Every major party to the Syrian conflict without exception shares in the blame for a needless humanitarian disaster that could be resolved in a day.
Syria’s most powerful jihadists have neither agreed to nor impeded the creation by Turkey and Russia of an “extremist”-free buffer zone in Idlib Province. For now, all actors seem content to leave the matter at that.
Though the pro-regime axis has its own reasons for wanting to avoid an Idlib offensive, there is ultimately no reason to think last week's cessation of hostilities has any more chance of holding than its predecessors, argues James Snell.
The Israeli strikes that led to the Syrian regime downing a Russian plane Monday night were only the latest in over 200 carried out since 2017; a relentless campaign that has nonetheless done nothing to imperil Assad’s grip on the country.
In an open letter to the United Nations, over 100 prominent writers, academics, and activists say the time has come to consider radical reform of the U.N. Security Council, given its abject failure to protect Syrians from the Bashar al-Assad regime's mass violence.
Friday’s summit in Tehran brings together the Iranian, Russian, and Turkish presidents to settle Idlib’s fate—and declare their tripartite tutelage over the country.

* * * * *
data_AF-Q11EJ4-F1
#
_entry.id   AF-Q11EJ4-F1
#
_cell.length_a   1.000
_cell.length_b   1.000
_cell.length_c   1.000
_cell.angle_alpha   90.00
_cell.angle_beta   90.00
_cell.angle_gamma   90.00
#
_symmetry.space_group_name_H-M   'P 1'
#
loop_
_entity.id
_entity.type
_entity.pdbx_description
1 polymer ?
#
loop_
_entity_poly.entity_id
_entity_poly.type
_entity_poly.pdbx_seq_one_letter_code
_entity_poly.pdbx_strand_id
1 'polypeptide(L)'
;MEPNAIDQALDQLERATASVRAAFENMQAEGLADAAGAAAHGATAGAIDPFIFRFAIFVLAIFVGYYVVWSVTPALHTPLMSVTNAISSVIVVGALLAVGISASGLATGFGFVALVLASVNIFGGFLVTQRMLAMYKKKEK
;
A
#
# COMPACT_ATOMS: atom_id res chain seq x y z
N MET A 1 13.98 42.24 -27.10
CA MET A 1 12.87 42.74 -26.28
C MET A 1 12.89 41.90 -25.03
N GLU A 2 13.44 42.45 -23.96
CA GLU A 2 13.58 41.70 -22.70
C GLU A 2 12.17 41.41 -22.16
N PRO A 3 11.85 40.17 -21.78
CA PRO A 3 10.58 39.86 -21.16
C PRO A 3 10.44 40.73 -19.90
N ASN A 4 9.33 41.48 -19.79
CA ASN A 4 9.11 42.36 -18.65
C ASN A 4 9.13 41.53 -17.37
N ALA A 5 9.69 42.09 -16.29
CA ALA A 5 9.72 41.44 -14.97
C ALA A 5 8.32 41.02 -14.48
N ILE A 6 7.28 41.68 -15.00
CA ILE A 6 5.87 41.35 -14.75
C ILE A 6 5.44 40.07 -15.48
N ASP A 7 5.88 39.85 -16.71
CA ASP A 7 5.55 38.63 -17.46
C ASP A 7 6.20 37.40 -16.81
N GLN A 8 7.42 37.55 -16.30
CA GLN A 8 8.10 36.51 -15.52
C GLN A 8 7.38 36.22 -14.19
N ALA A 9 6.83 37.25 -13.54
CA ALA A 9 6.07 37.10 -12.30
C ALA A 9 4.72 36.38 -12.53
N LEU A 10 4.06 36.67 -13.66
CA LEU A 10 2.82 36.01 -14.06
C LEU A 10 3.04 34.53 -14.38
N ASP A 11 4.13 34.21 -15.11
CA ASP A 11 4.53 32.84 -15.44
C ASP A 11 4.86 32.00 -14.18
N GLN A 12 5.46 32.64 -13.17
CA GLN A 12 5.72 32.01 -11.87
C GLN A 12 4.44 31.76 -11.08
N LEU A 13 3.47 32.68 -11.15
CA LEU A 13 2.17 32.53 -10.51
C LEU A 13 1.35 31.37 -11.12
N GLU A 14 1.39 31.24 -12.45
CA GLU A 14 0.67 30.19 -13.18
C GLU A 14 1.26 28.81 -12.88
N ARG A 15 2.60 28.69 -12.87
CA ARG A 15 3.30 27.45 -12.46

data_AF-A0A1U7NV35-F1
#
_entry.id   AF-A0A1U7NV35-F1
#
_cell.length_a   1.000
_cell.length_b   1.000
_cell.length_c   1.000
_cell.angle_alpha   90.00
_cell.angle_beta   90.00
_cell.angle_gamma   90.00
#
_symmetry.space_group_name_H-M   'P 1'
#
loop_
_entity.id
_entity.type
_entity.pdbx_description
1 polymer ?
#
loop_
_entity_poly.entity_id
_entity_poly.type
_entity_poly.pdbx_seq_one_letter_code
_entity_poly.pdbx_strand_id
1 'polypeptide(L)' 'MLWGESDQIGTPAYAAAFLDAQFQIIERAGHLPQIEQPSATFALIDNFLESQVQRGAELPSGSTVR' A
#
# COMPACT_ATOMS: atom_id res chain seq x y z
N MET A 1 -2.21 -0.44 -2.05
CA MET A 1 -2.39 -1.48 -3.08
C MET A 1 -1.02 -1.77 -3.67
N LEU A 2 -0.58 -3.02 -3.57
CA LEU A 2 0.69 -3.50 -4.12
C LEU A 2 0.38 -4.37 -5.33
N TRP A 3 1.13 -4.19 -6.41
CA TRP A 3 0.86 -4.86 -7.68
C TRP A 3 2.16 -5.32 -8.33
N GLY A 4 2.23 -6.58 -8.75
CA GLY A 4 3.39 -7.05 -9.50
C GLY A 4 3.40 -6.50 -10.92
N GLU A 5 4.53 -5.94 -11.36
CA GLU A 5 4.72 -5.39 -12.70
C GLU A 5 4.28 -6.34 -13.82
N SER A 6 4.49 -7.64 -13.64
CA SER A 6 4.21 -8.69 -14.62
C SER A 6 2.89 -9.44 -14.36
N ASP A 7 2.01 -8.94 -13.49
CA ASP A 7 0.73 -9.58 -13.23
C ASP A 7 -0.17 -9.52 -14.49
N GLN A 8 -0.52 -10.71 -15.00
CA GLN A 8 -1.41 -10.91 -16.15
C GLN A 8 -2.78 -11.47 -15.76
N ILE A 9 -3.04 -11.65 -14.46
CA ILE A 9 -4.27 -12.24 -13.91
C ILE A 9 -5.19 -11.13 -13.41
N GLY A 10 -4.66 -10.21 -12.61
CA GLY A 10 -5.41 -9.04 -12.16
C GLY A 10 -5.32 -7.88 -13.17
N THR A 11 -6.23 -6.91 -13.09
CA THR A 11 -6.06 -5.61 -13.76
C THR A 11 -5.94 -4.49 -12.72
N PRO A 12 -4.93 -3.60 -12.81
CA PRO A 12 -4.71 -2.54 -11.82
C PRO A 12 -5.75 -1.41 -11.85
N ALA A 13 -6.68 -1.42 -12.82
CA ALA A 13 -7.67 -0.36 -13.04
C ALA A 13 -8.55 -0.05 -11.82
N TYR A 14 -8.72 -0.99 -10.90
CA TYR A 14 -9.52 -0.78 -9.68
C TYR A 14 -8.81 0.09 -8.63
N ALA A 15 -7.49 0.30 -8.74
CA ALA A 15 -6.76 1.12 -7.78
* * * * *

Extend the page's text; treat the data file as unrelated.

The State Department’s new Representative for Syria Engagement, James Jeffrey, co-authored a paper last month outlining his vision for US Syria policy. The fall of Idlib Province to the regime and its allies would leave his proposals dead in the water.
By releasing the names of thousands of detainees perished in its custody, the Assad regime may believe it can turn the page on the issue of the "disappeared" once and for all. International law, however, demands accountability, a legal expert on impunity tells Al-Jumhuriya in a wide-ranging interview.
The “Syrian Democratic Council”—ostensibly a vehicle for Kurdish-Arab coexistence in former ISIS territories—is increasingly looking to normalize ties with the Assad regime, spelling disaster for the displaced residents of Raqqa and elsewhere, with no apparent opposition from its Western sponsors.
The Assad regime has signaled it may soon begin a large military offensive in Idlib, the last province remaining in opposition hands—an offensive likely to have devastating humanitarian and political consequences for Syria, its neighbors, and even Europe.
In his foreword to Theo Horesh’s new book, The Holocausts We All Deny, Yassin al-Haj Saleh decries the present “lack of a global vision or project” capable of resisting the crisis of democracy from China through the Middle East to Trump’s America.
Two days after rebels reached a deal with Russia to end fighting in southern Syria, Moscow and the Assad regime are already back on the offensive. Meanwhile, Daraa’s tens of thousands of displaced civilians scramble west toward Quneitra, where the bloodshed may soon follow them.